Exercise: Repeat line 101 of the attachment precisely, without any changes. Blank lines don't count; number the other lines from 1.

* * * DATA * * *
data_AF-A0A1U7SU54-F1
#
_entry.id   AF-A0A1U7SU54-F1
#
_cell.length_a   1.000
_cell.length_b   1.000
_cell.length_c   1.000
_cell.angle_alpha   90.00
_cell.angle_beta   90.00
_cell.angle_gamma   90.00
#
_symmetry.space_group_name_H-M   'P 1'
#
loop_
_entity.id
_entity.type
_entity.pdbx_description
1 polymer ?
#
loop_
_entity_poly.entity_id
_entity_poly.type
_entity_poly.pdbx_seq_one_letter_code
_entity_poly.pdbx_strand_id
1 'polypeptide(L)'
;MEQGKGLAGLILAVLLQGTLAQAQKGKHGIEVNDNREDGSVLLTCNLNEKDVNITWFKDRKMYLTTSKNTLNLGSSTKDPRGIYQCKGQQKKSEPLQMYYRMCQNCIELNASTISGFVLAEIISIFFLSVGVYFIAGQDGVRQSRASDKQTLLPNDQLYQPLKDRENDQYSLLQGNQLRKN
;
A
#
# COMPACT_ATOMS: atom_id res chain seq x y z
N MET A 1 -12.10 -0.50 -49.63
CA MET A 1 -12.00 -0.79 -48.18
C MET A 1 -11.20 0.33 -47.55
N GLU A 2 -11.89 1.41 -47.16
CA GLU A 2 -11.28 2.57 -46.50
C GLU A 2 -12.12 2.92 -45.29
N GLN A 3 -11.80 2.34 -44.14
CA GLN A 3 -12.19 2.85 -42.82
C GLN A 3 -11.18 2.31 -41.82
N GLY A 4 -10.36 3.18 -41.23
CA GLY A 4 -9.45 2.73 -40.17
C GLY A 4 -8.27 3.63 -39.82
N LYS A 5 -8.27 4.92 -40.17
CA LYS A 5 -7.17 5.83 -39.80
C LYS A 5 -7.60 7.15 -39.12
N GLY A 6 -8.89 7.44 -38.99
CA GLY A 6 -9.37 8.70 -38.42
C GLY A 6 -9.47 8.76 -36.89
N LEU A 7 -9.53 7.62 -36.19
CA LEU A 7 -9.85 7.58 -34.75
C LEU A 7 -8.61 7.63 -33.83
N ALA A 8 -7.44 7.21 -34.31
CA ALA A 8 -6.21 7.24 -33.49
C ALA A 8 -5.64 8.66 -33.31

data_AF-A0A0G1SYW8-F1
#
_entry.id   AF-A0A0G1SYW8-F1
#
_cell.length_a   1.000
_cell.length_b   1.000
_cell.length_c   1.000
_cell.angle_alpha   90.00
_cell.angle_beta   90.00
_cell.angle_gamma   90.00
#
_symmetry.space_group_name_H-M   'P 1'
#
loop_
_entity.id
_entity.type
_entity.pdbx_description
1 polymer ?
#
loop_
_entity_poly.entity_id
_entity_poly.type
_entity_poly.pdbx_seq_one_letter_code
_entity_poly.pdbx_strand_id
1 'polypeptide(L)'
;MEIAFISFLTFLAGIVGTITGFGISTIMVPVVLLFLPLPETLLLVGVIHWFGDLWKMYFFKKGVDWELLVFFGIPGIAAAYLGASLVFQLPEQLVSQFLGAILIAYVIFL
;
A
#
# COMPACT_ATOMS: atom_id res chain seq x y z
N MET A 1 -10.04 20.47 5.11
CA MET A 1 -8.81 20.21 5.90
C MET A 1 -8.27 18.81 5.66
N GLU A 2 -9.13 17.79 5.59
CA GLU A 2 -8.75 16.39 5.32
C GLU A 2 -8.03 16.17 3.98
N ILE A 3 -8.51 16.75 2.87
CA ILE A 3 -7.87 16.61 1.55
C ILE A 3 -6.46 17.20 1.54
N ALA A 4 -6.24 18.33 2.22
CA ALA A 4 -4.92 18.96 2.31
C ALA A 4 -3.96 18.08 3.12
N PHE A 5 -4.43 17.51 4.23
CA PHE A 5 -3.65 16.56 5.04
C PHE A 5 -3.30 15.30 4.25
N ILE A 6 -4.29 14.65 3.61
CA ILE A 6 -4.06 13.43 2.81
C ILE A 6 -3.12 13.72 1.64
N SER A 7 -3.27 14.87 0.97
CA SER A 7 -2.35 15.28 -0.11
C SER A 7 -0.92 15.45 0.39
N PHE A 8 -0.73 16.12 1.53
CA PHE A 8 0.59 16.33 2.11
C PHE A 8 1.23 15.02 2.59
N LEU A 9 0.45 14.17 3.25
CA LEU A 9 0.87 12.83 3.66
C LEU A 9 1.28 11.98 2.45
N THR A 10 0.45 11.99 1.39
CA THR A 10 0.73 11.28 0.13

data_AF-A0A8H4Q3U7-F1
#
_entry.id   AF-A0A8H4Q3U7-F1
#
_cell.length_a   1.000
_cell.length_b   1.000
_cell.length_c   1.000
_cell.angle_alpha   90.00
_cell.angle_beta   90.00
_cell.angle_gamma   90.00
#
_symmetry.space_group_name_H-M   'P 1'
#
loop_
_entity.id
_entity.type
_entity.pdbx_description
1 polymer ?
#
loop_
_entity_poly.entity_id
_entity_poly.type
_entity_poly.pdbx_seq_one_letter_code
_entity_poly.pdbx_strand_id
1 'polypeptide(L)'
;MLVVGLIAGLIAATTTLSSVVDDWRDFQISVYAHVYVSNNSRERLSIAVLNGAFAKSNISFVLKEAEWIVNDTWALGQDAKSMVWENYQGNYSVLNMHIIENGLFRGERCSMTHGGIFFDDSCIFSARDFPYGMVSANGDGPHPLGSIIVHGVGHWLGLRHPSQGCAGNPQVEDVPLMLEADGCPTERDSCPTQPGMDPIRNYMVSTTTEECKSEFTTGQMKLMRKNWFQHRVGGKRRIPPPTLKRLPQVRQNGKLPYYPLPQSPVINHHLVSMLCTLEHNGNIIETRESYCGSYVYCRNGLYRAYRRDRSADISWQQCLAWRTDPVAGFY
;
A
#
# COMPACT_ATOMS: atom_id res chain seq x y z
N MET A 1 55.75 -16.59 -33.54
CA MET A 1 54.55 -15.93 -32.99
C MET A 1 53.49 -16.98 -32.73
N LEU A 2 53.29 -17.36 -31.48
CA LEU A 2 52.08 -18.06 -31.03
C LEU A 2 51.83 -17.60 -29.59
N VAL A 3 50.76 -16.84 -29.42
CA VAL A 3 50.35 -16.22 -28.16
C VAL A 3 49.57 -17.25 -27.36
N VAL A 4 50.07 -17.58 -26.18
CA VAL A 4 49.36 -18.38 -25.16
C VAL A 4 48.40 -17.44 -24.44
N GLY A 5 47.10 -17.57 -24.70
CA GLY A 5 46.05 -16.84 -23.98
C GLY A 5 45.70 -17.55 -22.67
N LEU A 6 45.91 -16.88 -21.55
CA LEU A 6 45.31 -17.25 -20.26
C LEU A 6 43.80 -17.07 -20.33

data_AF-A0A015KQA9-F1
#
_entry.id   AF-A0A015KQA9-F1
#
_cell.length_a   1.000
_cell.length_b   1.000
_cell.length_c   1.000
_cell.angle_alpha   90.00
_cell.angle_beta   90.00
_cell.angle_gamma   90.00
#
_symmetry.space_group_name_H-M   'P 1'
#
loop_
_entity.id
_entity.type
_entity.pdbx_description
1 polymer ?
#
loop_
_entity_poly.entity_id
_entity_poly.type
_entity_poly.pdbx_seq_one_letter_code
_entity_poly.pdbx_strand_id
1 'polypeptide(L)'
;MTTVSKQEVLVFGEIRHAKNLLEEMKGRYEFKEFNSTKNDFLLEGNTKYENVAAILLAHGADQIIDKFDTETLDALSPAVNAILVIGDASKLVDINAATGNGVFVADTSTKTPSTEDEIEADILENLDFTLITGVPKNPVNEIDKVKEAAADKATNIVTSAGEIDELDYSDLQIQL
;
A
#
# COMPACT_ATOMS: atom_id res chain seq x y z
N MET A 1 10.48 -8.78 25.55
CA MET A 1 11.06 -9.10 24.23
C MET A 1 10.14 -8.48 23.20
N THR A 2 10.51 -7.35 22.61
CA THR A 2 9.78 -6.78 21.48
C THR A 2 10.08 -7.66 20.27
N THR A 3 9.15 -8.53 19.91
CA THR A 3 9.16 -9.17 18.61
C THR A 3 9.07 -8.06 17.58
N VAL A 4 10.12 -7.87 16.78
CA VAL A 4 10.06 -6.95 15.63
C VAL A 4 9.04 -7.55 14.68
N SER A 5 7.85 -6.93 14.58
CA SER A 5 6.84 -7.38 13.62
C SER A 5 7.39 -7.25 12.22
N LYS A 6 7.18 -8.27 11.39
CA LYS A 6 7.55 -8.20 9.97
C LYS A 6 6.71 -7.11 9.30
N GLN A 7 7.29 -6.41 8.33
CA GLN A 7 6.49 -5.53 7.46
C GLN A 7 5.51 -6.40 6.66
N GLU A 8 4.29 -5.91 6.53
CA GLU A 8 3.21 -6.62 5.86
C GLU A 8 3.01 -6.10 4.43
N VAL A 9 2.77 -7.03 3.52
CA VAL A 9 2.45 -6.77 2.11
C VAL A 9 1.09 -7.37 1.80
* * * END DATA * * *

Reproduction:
CA ILE A 6 -4.06 13.43 2.81